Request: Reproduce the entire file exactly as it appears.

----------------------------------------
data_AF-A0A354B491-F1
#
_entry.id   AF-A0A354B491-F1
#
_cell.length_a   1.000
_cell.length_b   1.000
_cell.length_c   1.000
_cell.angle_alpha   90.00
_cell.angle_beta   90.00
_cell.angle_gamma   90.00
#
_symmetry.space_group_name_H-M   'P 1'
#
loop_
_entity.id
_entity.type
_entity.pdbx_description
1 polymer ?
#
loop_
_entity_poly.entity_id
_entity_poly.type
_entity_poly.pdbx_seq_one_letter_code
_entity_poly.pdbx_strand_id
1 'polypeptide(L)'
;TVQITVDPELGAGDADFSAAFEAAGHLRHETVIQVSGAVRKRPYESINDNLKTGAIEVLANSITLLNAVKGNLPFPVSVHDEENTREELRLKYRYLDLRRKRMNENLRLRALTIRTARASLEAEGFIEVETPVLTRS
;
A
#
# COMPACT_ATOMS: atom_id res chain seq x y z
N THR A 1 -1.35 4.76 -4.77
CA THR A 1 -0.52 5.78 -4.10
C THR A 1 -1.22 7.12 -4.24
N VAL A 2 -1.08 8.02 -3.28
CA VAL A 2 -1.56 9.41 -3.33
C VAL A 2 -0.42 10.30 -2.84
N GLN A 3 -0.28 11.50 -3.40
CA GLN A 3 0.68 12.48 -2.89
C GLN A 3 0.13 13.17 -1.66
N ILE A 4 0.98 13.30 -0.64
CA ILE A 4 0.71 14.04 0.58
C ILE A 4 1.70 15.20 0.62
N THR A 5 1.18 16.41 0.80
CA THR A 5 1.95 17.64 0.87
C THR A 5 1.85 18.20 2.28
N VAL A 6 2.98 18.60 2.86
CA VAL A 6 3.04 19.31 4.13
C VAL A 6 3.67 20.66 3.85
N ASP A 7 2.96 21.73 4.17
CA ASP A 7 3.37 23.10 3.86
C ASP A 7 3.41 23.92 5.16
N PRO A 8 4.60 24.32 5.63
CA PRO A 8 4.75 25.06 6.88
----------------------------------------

data_AF-A0A354B491-F1
#
_entry.id   AF-A0A354B491-F1
#
_cell.length_a   1.000
_cell.length_b   1.000
_cell.length_c   1.000
_cell.angle_alpha   90.00
_cell.angle_beta   90.00
_cell.angle_gamma   90.00
#
_symmetry.space_group_name_H-M   'P 1'
#
loop_
_entity.id
_entity.type
_entity.pdbx_description
1 polymer ?
#
loop_
_entity_poly.entity_id
_entity_poly.type
_entity_poly.pdbx_seq_one_letter_code
_entity_poly.pdbx_strand_id
1 'polypeptide(L)'
;TVQITVDPELGAGDADFSAAFEAAGHLRHETVIQVSGAVRKRPYESINDNLKTGAIEVLANSITLLNAVKGNLPFPVSVHDEENTREELRLKYRYLDLRRKRMNENLRLRALTIRTARASLEAEGFIEVETPVLTRS
;
A
#
# COMPACT_ATOMS: atom_id res chain seq x y z
N THR A 1 -1.35 4.76 -4.77
CA THR A 1 -0.52 5.78 -4.10
C THR A 1 -1.22 7.12 -4.24
N VAL A 2 -1.08 8.02 -3.28
CA VAL A 2 -1.56 9.41 -3.33
C VAL A 2 -0.42 10.30 -2.84
N GLN A 3 -0.28 11.50 -3.40
CA GLN A 3 0.68 12.48 -2.89
C GLN A 3 0.13 13.17 -1.66
N ILE A 4 0.98 13.30 -0.64
CA ILE A 4 0.71 14.04 0.58
C ILE A 4 1.70 15.20 0.62
N THR A 5 1.18 16.41 0.80
CA THR A 5 1.95 17.64 0.87
C THR A 5 1.85 18.20 2.28
N VAL A 6 2.98 18.60 2.86
CA VAL A 6 3.04 19.31 4.13
C VAL A 6 3.67 20.66 3.85
N ASP A 7 2.96 21.73 4.17
CA ASP A 7 3.37 23.10 3.86
C ASP A 7 3.41 23.92 5.16
N PRO A 8 4.60 24.32 5.63
CA PRO A 8 4.75 25.06 6.88